The WHO, which has provided global ART guidelines since 2002 [8–11], has approached this question more cautiously, given its adoption of a public health approach to ART scale-up (a balance between implementing the best proven standard of care, and what is feasible on a large scale in resource-limited settings), the more limited healthcare infrastructure and availability of antiretroviral drugs in many countries, and the need to prioritize patients with the most advanced disease. In 2006, WHO recommended starting ART in adults and adolescents irrespective of clinical stage at a CD4+ T-cell count of below 200 cells/μl and to consider initiating treatment at CD4+ T-cell counts of between 200 and 350 cells/μl . Additionally, the guidelines recommended starting ART if patients had less than 350 CD4+ T-cells/μl and were either pregnant or had tuberculosis . The general threshold for initiating treatment was raised in the 2010 guidelines to 350 cells/μl, and there were also new recommendations to start therapy irrespective of CD4+ T-cell count among children below 2 years of age, patients with stage 3 or 4 disease, and patients with concurrent hepatitis B virus (HBV) infection requiring therapy . This strong recommendation for initiating ART at CD4+ T-cell counts below 350 cells/μl was based on evidence from both clinical trials [12,13] and observational studies [14–17] showing that beginning ART at a threshold of 350 CD4+ T-cells/μl led to reductions in mortality, disease progression and serious adverse events, compared to starting it at CD4+ T-cell counts of less than 200 cells/μl. Subsequent to the 2010 guidelines, WHO assessed how effective early treatment is in preventing HIV transmission to uninfected sexual partners based on both a new trial  and observational studies , and expanded recommendations for early initiation of ART to also include infected persons in a serodiscordant partnership .
To update evidence and to inform revision of the 2013 WHO guidelines for use of antiretroviral drugs for the treatment and prevention of HIV infection in low and middle-income countries, we systematically reviewed the literature to estimate differences in risk of disease progression between patients with stage 1 or 2 disease whose baseline CD4+ T-cell count at ART initiation was at least 350 cells/μl, and, in particular, those with 350–499 cells/μl, and patients whose baseline CD4+ T-cell count was between 200 and 349 cells/μl.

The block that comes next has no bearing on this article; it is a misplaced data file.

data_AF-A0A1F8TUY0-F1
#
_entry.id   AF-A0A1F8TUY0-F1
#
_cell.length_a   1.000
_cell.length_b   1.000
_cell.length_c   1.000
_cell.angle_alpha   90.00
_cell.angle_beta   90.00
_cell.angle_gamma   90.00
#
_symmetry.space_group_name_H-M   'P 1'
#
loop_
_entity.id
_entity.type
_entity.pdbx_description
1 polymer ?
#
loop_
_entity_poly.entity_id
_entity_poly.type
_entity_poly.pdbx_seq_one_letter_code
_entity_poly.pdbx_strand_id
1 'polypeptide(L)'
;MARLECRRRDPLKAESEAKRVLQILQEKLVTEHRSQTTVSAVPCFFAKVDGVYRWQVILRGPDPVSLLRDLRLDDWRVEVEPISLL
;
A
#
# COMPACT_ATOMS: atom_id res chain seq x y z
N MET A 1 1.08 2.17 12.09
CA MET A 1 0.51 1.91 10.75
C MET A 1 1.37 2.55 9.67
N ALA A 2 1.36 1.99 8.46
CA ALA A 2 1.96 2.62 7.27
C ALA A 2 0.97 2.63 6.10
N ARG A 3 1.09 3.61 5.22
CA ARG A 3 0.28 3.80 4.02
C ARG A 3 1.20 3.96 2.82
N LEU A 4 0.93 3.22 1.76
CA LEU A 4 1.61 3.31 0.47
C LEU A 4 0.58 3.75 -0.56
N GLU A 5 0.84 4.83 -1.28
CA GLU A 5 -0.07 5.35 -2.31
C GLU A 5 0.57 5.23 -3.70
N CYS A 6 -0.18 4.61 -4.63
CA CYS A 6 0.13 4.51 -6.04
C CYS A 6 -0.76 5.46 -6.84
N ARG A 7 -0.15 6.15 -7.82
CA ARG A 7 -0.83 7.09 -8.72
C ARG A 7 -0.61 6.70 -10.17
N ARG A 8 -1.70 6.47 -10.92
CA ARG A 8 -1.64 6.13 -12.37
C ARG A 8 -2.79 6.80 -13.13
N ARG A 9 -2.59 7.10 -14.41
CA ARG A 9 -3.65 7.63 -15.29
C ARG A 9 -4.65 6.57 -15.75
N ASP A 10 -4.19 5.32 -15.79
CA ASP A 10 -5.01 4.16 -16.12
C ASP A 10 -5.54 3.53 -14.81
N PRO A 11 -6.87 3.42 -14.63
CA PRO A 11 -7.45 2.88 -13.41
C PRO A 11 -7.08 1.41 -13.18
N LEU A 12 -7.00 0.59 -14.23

We included studies that compared clinical and laboratory outcomes in HIV-1-infected patients who began ART at less than 350 CD4+ T-cells/μl with those who began therapy with at least 350 CD4+ T-cells/μl. We also examined studies in which ART was begun with at least 500 CD4+ T-cells/μl. We included data from both trials and cohort studies, but excluded data from structured treatment interruption studies, that is, studies in which ART was started but then stopped and subsequently restarted.
Search methods for identification of studies
Using Cochrane Collaboration methods, we formulated a comprehensive and exhaustive search strategy in an attempt to identify all relevant studies . Databases searched included the Cochrane Central Register of Controlled Trials, Excerpta Medica Database (EMBASE), MEDLINE via PubMed and WHO's Global Index Medicus. The search strategy included Medical Subject Heading (MeSH) terms and a range of relevant keywords. The search period ranged from 1 January 1996 to 24 August 2012. The search strategy was iterative, in that references of included studies were searched to identify additional references. All languages were included. Additionally, we searched for potentially relevant abstracts presented at key scientific conferences (the Conference on Retroviruses and Opportunistic Infections, the International AIDS Conference, and International AIDS Society Conference on HIV Pathogenesis, Treatment and Prevention) held within the search period.